Ask a Pharmacist

Pharmacist surrounded by pills with text that reads Ask a Pharmacist
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At Tria Health, our pharmacists are here for you! They are always happy to answer any of your medication-related questions. For August, we’ve compiled some of our more popular questions, along with our pharmacists’ answers.

Is it possible for my medication to lose its effectiveness over time?

Yes. Medications may lose potency and effectiveness over time. Unless the bottle suggests otherwise, always consider the expiration date of a prescription medication one year following the fill date. If you filled a prescription on July 1st 2017 it should be considered expired and a new prescription will be necessary on July 1st 2018.

Do generic drugs work just as well as the brand name versions?

Yes. Generic medications contain the same active medicine and are safe and effective alternatives to brand name products. In order to receive F.D.A approval, generic medications must prove that they are equivalent to the brand name medication.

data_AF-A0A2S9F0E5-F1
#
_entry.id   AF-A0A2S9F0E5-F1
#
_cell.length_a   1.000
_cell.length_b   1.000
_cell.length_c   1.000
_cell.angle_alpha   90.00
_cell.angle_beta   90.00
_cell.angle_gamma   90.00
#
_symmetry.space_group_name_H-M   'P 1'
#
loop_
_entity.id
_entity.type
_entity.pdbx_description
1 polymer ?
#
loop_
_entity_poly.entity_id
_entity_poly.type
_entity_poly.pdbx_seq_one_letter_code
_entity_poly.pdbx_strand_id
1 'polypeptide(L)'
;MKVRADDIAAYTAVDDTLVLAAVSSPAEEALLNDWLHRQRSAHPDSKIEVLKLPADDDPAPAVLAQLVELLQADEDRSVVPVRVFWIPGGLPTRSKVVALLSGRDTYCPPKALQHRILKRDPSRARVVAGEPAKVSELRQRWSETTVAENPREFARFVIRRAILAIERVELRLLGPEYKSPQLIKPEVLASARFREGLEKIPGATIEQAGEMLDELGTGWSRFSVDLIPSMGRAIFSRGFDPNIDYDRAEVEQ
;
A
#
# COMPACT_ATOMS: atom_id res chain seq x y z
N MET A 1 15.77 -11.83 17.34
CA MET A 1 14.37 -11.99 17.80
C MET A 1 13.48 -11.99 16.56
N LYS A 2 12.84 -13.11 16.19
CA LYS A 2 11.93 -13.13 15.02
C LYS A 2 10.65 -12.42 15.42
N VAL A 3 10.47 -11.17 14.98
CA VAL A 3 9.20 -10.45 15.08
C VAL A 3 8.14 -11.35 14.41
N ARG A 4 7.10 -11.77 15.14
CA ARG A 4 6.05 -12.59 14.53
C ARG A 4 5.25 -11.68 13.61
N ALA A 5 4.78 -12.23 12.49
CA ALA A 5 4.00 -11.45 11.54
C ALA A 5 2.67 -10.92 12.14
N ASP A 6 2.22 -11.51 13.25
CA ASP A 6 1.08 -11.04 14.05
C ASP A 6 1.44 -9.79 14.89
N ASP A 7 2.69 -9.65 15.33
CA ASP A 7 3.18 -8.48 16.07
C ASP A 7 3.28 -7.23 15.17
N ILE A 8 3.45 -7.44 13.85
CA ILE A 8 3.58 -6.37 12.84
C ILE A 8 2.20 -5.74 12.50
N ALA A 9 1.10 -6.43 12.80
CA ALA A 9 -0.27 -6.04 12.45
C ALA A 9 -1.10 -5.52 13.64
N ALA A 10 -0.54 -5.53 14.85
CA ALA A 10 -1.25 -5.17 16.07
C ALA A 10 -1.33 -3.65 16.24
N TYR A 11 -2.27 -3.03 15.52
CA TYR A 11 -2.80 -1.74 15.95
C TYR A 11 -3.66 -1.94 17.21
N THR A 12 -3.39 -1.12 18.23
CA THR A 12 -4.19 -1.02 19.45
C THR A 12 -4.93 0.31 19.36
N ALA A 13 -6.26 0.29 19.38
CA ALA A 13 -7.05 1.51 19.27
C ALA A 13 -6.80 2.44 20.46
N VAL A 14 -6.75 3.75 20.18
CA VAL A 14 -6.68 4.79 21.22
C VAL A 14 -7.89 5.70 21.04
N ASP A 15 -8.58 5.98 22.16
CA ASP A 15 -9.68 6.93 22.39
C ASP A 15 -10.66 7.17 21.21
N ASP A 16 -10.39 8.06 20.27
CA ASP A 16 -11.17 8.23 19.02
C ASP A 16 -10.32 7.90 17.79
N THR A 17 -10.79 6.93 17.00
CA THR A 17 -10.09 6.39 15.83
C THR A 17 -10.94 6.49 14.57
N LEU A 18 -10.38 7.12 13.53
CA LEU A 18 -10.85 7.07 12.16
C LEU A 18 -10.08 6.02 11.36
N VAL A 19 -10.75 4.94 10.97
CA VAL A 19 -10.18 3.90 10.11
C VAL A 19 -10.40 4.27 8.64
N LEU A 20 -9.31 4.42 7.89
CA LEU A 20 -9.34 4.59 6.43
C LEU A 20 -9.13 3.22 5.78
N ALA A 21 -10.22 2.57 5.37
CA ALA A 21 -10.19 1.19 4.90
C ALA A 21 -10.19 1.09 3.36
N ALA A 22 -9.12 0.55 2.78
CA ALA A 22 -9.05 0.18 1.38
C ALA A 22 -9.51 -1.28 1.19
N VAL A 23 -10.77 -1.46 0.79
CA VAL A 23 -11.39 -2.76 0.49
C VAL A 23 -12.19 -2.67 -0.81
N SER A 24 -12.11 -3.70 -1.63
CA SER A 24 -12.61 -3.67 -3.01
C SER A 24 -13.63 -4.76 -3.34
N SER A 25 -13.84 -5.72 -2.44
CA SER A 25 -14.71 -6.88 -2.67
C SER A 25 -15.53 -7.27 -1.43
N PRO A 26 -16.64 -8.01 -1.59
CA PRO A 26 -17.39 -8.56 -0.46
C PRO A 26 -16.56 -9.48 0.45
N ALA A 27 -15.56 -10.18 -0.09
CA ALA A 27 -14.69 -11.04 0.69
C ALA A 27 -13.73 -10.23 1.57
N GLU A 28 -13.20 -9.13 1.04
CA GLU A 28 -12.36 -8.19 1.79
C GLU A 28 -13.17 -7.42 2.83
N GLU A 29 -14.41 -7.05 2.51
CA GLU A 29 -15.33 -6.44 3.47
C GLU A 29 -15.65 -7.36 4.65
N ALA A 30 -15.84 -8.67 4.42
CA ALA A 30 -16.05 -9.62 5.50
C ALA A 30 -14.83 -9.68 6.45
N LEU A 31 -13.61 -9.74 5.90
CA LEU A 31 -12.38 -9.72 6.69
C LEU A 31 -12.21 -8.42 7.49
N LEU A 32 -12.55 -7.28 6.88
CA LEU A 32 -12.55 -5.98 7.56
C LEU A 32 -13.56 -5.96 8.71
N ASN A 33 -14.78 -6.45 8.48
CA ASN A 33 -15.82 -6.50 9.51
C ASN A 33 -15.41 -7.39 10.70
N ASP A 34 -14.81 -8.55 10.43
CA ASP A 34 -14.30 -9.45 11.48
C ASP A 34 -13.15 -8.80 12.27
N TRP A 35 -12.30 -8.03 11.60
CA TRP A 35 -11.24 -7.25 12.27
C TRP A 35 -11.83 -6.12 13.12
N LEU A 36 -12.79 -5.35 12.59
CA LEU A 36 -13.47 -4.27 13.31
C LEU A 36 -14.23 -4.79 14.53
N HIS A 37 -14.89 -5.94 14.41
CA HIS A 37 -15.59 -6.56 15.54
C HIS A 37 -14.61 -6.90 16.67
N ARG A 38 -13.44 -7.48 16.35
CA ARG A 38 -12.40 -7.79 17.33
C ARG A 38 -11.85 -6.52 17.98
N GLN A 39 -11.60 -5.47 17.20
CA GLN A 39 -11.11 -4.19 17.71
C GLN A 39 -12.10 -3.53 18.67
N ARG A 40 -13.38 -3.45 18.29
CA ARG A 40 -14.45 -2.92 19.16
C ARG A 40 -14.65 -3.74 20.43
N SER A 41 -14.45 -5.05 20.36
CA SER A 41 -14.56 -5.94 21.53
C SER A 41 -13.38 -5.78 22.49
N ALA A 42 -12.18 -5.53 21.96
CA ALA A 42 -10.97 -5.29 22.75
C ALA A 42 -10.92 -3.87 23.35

Is it safe to take slightly expired medication?

Taking a medication that is slightly expired is unlikely to cause harm, but it is possible that it may not work as well and in general it is best to acquire a new prescription if your medication is expired.

How can you tell if a medication is expired?

If the medication was filled more than 12 months ago or the listed expiration date on the bottle has passed consider the medication as expired.  In addition, if the appearance of the medication has changed this may be an indication of an expired product. If you have an injectable solution or oral suspension that has changed colors or consistency this might indicate a new prescription is needed.

 

If you have any additional questions regarding your medications,